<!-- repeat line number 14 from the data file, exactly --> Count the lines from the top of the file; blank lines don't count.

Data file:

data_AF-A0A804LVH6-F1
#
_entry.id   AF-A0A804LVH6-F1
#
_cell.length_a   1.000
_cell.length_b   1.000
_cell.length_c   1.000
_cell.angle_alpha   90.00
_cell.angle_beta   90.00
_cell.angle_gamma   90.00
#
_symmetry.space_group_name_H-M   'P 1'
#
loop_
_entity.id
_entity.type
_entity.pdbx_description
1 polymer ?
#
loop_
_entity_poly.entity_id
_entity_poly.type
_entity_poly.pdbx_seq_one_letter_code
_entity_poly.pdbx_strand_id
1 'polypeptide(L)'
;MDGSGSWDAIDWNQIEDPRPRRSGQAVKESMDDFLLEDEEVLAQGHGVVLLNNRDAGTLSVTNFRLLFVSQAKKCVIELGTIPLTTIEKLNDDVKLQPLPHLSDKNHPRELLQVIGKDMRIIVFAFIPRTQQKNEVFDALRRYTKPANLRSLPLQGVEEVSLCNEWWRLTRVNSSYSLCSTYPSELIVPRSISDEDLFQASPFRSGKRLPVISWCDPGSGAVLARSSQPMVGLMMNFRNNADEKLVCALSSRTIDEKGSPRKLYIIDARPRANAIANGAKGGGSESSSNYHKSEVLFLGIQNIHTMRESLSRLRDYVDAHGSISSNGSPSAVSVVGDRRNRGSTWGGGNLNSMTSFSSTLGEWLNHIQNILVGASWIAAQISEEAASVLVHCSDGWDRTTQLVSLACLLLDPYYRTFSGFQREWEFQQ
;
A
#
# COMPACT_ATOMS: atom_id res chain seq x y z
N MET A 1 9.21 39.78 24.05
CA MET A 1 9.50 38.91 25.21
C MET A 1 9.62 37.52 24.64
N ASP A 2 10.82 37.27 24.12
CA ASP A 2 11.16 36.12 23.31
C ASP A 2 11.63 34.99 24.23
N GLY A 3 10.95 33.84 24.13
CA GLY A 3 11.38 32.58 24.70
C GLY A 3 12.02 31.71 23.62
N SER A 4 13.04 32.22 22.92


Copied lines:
loop_